For some reason today the word visualizing is on my mind. Perhaps in part because my computer is updating and I can't get to my photographs?

I've done a lot of visualization this summer.

As Tim being in school got tougher, we visualized how many weeks he had left by coloring a star of life for each week he had left so we could take one down every Saturday. I thought it would help the girls through this time filled with tears and breakdown. Unfortunately the process just made me cry too.  At first it was depressing; there were over 20 weeks left, and it was visually overwhelming. But happily now none of them remain because he is DONE.

Midsummer, Tim got a job! Obviously that was always the eventual goal of going to paramedic school. And we knew it probably meant moving, but it is almost impossible to picture it until it is upon you. Once we knew where and roughly when we were moving, let the daydreams begin! I knew to expect humid air, tall trees, and suburbia! I knew to expect more traffic but more friends. I knew to hope for neighbors we actually saw. I knew to lock the doors for neighbors who try not to be seen.

What I didn't expect was, on the way to visit my parents, Tim would bring up an old idea of living smaller. But instead of a tiny house - a home on wheels. My first reaction was "well, I'll humor him but I don't think it will work." Less than a weekend later, we had actually been in a travel trailer that made me think this unusual idea just might work.

Just a few months later, here we are. A family of five living in a 5th wheel. And so far I love it. It was a huge process to go from a 1900+ square foot home to an RV. I had to do some visualizing.

Visualizing space ... what would fit, what did we really need, and how would we store it? Fortunately I tended to under estimate the spaces and most things we chose to keep were easily stowed away. It is a LOT easier to move into a tiny RV than a tiny traditional house. RVs are MADE for storing things! Every nook and cranny has a door or some other clever way to cram something into the available space.

I also had to do some difficult visualizing through time. We stored things that could not be replaced. We stored a few things we might need if we suddenly decided this wasn't going to work and moved to a house. So that leaves what has to go.

Some of the things I was selling or donating I had to visualize ... both an ideal, and a disaster. For example, baby bedding. In a sentimental world, I would save it and one of my children would use it for their babies. In reality, I would store it for who knows how long, and pull it out with the elastic dry rotted, magical reappearing stains and yellowing, and it would be outdated and sad and my kids would either turn their noses up at it or worse ... begrudgingly take it just because it had been important to me.

So instead I inhaled the scent of Dreft one more time ... not wishing for babies, but enjoying the memories of mine. Then I set about letting it go to bless another mother and baby. I'll never know what actually became of it, but I liked to picture a frightened young mother who wasn't sure she was cut out for this job having a bright, cheerful place for her fragile newborn to sleep.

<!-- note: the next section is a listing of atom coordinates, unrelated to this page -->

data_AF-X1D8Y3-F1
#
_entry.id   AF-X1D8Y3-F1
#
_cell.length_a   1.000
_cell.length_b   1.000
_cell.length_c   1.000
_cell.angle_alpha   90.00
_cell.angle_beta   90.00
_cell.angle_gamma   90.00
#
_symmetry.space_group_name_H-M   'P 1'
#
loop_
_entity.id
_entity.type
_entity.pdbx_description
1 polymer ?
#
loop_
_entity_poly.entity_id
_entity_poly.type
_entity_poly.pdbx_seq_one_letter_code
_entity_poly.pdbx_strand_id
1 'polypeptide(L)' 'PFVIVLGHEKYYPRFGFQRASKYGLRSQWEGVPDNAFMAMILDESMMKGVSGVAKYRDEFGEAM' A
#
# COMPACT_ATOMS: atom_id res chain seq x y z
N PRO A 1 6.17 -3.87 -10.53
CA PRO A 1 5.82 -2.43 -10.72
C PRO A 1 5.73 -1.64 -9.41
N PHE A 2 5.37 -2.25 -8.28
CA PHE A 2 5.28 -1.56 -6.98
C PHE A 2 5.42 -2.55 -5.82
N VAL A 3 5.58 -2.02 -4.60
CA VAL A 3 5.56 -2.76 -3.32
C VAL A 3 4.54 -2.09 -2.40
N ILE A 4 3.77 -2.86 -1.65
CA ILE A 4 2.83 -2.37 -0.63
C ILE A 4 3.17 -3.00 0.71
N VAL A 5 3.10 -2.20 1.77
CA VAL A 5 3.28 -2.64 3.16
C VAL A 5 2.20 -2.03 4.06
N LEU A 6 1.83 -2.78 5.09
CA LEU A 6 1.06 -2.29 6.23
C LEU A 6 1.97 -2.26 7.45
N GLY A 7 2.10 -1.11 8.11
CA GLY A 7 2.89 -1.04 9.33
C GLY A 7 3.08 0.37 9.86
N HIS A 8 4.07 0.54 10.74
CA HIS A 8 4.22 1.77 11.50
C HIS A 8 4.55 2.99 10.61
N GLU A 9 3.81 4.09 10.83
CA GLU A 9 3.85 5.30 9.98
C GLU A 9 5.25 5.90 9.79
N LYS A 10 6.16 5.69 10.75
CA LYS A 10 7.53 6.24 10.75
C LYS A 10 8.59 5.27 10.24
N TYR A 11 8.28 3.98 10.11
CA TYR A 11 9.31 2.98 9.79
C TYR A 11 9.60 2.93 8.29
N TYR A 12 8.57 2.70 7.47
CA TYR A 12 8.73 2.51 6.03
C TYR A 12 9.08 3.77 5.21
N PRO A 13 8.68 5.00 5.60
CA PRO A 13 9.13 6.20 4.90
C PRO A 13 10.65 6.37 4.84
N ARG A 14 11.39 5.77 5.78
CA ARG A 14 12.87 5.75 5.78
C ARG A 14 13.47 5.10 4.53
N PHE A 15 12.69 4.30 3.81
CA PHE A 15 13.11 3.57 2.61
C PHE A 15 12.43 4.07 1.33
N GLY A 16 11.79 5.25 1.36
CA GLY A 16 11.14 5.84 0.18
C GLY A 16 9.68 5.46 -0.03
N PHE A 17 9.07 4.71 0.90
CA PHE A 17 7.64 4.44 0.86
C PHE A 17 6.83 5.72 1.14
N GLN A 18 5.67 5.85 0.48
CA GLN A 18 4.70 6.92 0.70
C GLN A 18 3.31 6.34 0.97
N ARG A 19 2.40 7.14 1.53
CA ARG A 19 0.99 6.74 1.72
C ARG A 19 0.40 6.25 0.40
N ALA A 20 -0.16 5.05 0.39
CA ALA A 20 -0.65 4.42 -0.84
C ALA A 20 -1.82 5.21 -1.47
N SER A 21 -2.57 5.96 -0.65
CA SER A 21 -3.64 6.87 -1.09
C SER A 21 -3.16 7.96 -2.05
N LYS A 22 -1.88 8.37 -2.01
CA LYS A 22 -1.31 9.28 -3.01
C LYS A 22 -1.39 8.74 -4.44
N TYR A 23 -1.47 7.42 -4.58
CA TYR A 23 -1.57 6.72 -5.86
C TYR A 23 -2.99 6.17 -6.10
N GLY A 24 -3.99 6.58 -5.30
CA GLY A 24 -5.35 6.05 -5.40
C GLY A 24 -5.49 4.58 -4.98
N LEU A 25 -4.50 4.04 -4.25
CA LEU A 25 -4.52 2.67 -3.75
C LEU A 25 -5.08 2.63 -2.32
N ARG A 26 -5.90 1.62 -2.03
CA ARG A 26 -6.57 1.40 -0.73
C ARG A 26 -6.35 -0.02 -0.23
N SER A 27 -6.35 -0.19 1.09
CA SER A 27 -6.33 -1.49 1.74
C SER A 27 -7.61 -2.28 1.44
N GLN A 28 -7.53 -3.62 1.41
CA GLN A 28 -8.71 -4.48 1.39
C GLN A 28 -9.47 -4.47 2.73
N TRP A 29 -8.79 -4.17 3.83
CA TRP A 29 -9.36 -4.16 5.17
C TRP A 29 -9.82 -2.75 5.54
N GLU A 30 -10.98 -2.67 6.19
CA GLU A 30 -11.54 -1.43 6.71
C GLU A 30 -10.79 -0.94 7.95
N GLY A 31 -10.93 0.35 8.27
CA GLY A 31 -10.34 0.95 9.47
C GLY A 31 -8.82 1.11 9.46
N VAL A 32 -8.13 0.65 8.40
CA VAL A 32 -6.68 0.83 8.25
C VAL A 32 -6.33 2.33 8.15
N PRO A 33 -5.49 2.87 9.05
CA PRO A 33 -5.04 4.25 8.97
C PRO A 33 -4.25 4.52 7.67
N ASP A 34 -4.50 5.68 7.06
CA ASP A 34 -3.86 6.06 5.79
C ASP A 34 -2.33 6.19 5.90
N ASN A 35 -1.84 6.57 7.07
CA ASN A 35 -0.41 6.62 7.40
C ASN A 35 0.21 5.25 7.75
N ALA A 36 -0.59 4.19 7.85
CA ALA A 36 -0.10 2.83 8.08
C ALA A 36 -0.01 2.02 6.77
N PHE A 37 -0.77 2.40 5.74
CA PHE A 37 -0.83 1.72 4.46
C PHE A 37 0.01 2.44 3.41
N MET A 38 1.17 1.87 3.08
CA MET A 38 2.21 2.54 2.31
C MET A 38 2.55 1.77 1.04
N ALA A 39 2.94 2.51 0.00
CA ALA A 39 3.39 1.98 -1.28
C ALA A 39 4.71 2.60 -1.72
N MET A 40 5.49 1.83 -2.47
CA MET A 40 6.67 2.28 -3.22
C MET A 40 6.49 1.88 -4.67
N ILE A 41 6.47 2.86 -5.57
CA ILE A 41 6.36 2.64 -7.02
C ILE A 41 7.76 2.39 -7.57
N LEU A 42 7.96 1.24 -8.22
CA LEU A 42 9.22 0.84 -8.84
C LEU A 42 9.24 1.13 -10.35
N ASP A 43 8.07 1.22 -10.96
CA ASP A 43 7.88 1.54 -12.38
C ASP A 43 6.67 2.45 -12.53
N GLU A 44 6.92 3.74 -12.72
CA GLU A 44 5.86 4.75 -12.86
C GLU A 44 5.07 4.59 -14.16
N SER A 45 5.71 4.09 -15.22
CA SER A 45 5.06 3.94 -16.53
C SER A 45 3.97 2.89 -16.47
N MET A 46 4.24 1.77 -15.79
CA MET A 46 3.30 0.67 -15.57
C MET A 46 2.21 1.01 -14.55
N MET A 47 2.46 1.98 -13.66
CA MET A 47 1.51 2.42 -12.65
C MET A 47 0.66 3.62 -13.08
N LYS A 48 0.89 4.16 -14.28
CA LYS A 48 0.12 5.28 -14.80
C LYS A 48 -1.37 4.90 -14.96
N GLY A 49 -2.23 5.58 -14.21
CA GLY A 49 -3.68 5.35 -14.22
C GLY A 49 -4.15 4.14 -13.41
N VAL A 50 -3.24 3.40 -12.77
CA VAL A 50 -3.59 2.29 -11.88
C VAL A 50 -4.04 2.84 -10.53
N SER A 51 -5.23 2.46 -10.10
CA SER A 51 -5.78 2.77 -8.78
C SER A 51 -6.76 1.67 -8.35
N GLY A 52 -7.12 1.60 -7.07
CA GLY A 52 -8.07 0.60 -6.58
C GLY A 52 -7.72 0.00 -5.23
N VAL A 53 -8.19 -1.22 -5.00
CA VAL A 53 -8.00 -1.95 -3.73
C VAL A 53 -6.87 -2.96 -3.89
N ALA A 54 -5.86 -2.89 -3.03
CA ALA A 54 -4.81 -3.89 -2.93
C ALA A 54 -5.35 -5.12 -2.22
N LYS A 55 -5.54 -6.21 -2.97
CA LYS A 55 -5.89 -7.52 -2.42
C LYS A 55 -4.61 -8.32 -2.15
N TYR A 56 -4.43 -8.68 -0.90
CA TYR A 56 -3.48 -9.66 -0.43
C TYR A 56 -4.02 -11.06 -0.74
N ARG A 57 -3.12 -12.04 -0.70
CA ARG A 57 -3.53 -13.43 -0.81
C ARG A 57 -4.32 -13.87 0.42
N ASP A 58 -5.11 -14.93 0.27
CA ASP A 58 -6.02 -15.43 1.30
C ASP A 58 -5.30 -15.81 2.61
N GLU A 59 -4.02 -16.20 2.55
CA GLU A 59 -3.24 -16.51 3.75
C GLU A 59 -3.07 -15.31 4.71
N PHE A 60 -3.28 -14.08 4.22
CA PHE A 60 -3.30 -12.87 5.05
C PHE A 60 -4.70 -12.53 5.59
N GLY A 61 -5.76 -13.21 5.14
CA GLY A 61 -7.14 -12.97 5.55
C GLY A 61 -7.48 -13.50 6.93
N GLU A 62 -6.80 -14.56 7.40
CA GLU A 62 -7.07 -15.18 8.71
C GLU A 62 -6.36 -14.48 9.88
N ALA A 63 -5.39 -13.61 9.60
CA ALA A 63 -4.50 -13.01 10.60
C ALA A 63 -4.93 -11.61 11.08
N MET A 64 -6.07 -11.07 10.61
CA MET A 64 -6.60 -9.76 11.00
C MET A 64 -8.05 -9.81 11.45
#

Instead of picturing my daughters in my wedding dress, I let it go to bless mothers in a painful time of loss. Something beautiful for their one look, one moment, one photo, with their precious angel babies. I know how much having something to hold onto in a time of loss can mean. I pray I'll be able to go dress shopping with my own daughters one day as they pick something completely them rather than making Mom's old outdated dress work.

Visualizing can be dangerous. Our huge life changes meant the shattering of old dreams. Some not our own. A counselor once explained to us both that it is like we have this photograph in a frame of what life is going to look like, and now it is broken. We can focus on the broken photograph, or we can reframe a new one. While I myself have always been pretty good at that (seriously I'm not going to count up how many times I've had a "new start" in life), it isn't as easy for others.

Be careful what you visualize that isn't about yourself. We aren't really in control of our own lives, much less someone else's. Trust the Father's perfect vision. I wanted to end with a photograph of a dress of Tori's. It has beautiful, bright embroidery from Mexico on the outside. The other day I had done laundry. As is typical of coin operated driers, the dress needed a little more time even though the cycle was done so I hurriedly hung it up (RJ was riding the laundry carts into the walls).

Later when it felt dry I went to hang it in her closet and ... disaster! The washer had ruined the pretty embroidery and it was a jumbled, loose and knotted (but colorful) mess!

But it wasn't. In my rush I had hung it inside out and I was looking at the back. Trust the one creating the front that when all is revealed our lives that look so messy with loose ends and hopeless knots on this side will create a beautiful visual.

Just visualize it though, because I have no photographs today.